GRAND OLD MAN OF SPORTS
As far as I know, he’s the only man who gets his name listed in the telephone book as ‘Dad’.
– George Stark, beloved Detroit News Columnist, 1948
Dad Butler’s incredible athletic ability set him ahead of the pack; a strong and homey nickname became his brand. Butler simply didn’t want to be missed. His response to Stark’s commentary: “That’s to make it easy for the lads to find me. They come from all over America, you know, and if they happened to be looking for me, I wouldn’t want them to miss the name, in all that fine print.”
Butler was born in March 1870 in Catskill, New York. He was the eldest of five siblings; the son of a stone quarryman. He grew into a man of interesting feats.
At 17 years, he trekked out west and became well known for foot racing and practicing with the Ute band of Native Americans. At this juncture, foot racing was an endurance sport with a gambling element. There are many claims that he amassed a significant amount of $ by betting his skill against racing their desert quarter horses. This intense practice groomed him to return east and become the first professional foot racer to finish the half mile under two minutes. He clocked in at 1:59. When interest waned, Butler turned to the “sweet science”. Boxing.
THE MAGIC TOUCH
An excellent boxer himself, Butler began training and coaching many a pugilist. In 1896, under his guiding hand, the small and ferocious George ‘the Saginaw Kid’ Lavine defeated the world champion Dick Burge.
The Windy City was next. In 1897, Butler became the coach of The Chicago Track Club. Here, he developed Jimmy Lightbody who went on to win multiple medals in the 1904 Olympics. While in Chicago, Butler met the young Knute Rockne becoming his first coach.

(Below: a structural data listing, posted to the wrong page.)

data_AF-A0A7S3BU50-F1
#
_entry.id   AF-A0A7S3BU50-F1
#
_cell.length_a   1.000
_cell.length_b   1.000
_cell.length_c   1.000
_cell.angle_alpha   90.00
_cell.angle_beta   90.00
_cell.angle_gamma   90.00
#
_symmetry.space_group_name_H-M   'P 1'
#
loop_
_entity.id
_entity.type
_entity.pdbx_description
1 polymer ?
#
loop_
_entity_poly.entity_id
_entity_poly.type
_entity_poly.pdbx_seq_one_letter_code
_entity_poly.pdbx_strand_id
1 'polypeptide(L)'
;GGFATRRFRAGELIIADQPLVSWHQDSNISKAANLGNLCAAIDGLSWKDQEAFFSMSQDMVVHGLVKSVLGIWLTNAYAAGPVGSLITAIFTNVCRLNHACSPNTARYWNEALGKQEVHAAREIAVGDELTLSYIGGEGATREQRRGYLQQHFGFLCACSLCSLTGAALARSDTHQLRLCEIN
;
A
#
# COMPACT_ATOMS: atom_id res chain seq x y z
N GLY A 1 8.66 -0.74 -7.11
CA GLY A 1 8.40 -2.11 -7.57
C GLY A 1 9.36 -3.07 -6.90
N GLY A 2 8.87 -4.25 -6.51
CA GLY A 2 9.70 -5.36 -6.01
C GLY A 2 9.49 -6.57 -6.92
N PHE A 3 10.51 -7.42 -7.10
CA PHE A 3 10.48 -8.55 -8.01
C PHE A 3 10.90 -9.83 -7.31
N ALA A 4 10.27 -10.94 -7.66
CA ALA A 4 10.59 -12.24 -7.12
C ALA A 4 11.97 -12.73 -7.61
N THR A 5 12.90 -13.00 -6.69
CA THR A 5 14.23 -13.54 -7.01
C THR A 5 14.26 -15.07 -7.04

In 1907, Butler moved westward starting a private coaching and training school for athletes in Portland, Oregon. He accepted a position of track coach at Oregon State Agricultural College in 1919. Already known as ‘Dad’, his Aggies took firsts and second place in some seriously storied track meets.
Detroit became acquainted with Butler’s professional athletic management in 1927. Dad had garnered assistant professorship of Physical Education at the University of Detroit. He formulated the track and field program for the school as it had none; he also coached varsity football.
This would be his final move, spending the remainder of his life as a Detroiter. Outside of the sports world, ‘Dad’ was husband of Catherine and the father of two children – Bancroft and Mary. The Butler family resided on West McNichols in Highland Park across from the Detroit Golf Club. In the 1930’s as a sideline, Butler judged three of Joe Louis’ most important fights. With a full and successful career behind him, he retired from U of D in 1944.
In 1950, Butler accepted a position on the Detroit Parks and Recreation Commission alongside Bernard Lasky, Willis Watts O’Hair, and Vaughn Reid, eventually becoming President of the Commission. Additionally, he was the Director of Ford Motor’s recreational program during the 1950’s. He tendered his final resignation to Mayor Louis Marini in 1959. “It’s time for me to turn out to pasture, relax and think back of the few races that I’ve won in my heyday”.
Butler died on August 1, 1962. His sports legacy was popular with journalists well into the 1970’s. The Michael H. Dad Butler Memorial Playground near Conant and Eight Mile came to fruition in 1963. Today, it is wonderfully updated and a boon to the neighborhood.
Copyright 2015, Andrea Gallucci